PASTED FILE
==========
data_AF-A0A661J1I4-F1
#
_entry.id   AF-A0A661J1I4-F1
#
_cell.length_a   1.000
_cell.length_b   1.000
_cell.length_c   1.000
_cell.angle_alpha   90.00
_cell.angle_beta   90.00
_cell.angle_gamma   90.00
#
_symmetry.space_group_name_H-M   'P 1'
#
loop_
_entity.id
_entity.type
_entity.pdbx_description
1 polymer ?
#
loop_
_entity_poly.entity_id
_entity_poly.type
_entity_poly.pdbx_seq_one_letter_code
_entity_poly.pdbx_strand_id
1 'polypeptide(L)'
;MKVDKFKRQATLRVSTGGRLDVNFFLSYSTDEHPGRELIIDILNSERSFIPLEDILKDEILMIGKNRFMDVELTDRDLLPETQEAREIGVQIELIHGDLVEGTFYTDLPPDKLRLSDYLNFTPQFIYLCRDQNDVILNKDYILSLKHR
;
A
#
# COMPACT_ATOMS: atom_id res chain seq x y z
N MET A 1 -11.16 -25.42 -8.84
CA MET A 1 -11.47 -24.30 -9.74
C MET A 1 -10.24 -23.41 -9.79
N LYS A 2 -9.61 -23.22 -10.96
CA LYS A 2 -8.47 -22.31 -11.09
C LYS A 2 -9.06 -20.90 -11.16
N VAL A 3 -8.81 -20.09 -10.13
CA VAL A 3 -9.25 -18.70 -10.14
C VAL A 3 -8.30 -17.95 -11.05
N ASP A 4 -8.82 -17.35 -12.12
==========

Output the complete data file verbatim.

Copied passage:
data_AF-A0A661J1I4-F1
#
_entry.id   AF-A0A661J1I4-F1
#
_cell.length_a   1.000
_cell.length_b   1.000
_cell.length_c   1.000
_cell.angle_alpha   90.00
_cell.angle_beta   90.00
_cell.angle_gamma   90.00
#
_symmetry.space_group_name_H-M   'P 1'
#
loop_
_entity.id
_entity.type
_entity.pdbx_description
1 polymer ?
#
loop_
_entity_poly.entity_id
_entity_poly.type
_entity_poly.pdbx_seq_one_letter_code
_entity_poly.pdbx_strand_id
1 'polypeptide(L)'
;MKVDKFKRQATLRVSTGGRLDVNFFLSYSTDEHPGRELIIDILNSERSFIPLEDILKDEILMIGKNRFMDVELTDRDLLPETQEAREIGVQIELIHGDLVEGTFYTDLPPDKLRLSDYLNFTPQFIYLCRDQNDVILNKDYILSLKHR
;
A
#
# COMPACT_ATOMS: atom_id res chain seq x y z
N MET A 1 -11.16 -25.42 -8.84
CA MET A 1 -11.47 -24.30 -9.74
C MET A 1 -10.24 -23.41 -9.79
N LYS A 2 -9.61 -23.22 -10.96
CA LYS A 2 -8.47 -22.31 -11.09
C LYS A 2 -9.06 -20.90 -11.16
N VAL A 3 -8.81 -20.09 -10.13
CA VAL A 3 -9.25 -18.70 -10.14
C VAL A 3 -8.30 -17.95 -11.05
N ASP A 4 -8.82 -17.35 -12.12